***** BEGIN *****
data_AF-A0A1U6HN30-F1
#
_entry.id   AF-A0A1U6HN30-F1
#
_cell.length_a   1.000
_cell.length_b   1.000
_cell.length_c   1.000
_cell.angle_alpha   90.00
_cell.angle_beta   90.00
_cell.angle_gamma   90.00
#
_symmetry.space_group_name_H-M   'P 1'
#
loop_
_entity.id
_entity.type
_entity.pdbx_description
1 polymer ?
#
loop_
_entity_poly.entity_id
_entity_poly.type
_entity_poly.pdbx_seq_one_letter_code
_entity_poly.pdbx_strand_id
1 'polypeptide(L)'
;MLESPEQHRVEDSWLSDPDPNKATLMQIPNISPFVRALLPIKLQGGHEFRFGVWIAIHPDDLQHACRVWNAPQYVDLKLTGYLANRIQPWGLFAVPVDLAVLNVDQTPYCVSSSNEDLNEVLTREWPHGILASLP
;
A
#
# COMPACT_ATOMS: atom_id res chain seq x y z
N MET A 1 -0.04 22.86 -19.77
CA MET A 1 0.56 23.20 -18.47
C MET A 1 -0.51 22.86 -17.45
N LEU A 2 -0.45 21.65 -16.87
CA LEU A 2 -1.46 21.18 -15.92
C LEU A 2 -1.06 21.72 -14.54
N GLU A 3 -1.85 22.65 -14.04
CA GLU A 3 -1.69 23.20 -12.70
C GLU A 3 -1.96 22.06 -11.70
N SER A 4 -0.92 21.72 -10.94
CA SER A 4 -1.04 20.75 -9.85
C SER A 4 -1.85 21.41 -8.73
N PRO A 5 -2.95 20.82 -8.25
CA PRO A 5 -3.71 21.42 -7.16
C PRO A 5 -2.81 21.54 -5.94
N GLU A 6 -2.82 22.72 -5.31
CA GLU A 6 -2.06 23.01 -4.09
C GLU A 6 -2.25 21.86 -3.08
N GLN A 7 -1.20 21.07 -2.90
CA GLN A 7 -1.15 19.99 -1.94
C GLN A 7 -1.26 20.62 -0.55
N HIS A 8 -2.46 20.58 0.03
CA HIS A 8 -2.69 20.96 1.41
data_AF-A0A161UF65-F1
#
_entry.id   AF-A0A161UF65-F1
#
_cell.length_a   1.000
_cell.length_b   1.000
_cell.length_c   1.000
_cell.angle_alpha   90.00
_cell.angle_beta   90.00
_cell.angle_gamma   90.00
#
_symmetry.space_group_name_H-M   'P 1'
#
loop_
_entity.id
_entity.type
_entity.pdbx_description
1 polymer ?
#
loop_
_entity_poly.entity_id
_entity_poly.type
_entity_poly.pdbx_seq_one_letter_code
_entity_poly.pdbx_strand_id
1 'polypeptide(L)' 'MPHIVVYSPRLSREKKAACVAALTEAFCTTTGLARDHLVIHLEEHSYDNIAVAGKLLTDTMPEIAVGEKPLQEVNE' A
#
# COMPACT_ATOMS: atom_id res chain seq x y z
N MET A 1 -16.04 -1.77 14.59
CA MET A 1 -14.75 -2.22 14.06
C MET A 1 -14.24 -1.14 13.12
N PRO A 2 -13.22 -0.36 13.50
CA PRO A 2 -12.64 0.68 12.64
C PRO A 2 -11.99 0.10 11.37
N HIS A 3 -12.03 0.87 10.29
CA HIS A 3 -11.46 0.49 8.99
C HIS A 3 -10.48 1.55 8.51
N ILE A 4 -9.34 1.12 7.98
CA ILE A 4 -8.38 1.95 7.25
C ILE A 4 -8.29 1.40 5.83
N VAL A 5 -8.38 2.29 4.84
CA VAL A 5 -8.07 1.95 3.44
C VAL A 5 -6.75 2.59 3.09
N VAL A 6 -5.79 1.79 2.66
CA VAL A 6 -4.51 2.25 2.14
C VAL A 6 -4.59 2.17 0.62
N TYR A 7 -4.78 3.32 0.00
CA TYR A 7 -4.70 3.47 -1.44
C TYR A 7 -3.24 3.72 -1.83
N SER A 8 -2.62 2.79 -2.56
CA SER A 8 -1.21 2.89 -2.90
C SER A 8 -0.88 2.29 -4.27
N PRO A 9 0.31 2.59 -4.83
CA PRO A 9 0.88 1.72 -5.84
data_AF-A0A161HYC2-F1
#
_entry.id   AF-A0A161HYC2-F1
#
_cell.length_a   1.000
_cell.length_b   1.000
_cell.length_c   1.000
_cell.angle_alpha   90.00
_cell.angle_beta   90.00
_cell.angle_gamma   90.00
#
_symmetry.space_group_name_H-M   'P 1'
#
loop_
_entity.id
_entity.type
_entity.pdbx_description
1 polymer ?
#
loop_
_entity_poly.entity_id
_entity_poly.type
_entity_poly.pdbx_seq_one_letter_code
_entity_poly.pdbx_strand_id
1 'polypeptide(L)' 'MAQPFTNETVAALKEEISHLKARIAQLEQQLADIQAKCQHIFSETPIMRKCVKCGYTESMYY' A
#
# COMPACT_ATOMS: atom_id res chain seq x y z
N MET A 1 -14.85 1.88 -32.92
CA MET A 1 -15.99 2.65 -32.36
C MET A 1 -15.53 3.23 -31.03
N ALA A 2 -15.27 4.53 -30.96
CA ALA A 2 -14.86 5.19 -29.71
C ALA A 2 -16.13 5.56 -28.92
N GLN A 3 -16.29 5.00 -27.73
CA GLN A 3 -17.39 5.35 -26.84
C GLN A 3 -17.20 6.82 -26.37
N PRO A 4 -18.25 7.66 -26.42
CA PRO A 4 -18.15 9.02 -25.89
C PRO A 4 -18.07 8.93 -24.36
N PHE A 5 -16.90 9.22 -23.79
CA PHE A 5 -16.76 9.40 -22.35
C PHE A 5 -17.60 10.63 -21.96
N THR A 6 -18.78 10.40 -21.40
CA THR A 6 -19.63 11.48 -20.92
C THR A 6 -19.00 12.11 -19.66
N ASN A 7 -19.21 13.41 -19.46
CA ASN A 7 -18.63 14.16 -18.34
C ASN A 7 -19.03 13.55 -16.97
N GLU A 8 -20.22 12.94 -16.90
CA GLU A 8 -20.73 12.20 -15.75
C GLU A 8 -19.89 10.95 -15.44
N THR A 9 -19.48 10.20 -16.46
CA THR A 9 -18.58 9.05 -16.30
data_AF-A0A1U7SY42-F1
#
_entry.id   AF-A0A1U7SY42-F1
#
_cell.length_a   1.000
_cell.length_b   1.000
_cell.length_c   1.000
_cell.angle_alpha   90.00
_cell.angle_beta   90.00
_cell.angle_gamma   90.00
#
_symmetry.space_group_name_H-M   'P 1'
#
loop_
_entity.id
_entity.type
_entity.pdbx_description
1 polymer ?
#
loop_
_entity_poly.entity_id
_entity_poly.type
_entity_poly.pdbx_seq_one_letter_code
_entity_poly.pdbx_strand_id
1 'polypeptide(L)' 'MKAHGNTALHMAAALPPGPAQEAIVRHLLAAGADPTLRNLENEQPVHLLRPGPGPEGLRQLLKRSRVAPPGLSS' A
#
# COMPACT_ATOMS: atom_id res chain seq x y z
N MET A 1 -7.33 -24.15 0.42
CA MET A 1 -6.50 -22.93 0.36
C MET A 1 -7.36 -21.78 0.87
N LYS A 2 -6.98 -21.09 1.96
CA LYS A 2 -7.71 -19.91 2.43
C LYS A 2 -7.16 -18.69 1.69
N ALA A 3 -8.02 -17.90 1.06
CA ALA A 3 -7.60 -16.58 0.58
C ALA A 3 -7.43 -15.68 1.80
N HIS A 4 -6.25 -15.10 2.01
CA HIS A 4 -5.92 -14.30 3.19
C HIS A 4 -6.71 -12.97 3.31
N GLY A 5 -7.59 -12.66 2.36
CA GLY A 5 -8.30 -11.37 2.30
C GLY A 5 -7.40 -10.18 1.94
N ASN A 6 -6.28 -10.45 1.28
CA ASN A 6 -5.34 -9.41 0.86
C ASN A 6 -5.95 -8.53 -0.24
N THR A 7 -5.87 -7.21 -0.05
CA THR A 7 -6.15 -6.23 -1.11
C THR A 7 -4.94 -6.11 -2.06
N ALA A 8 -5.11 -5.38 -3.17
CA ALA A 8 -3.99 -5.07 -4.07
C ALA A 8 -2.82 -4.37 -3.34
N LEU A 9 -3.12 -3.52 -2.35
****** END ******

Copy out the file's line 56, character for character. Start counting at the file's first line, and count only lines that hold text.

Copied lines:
_entry.id   AF-A0A161UF65-F1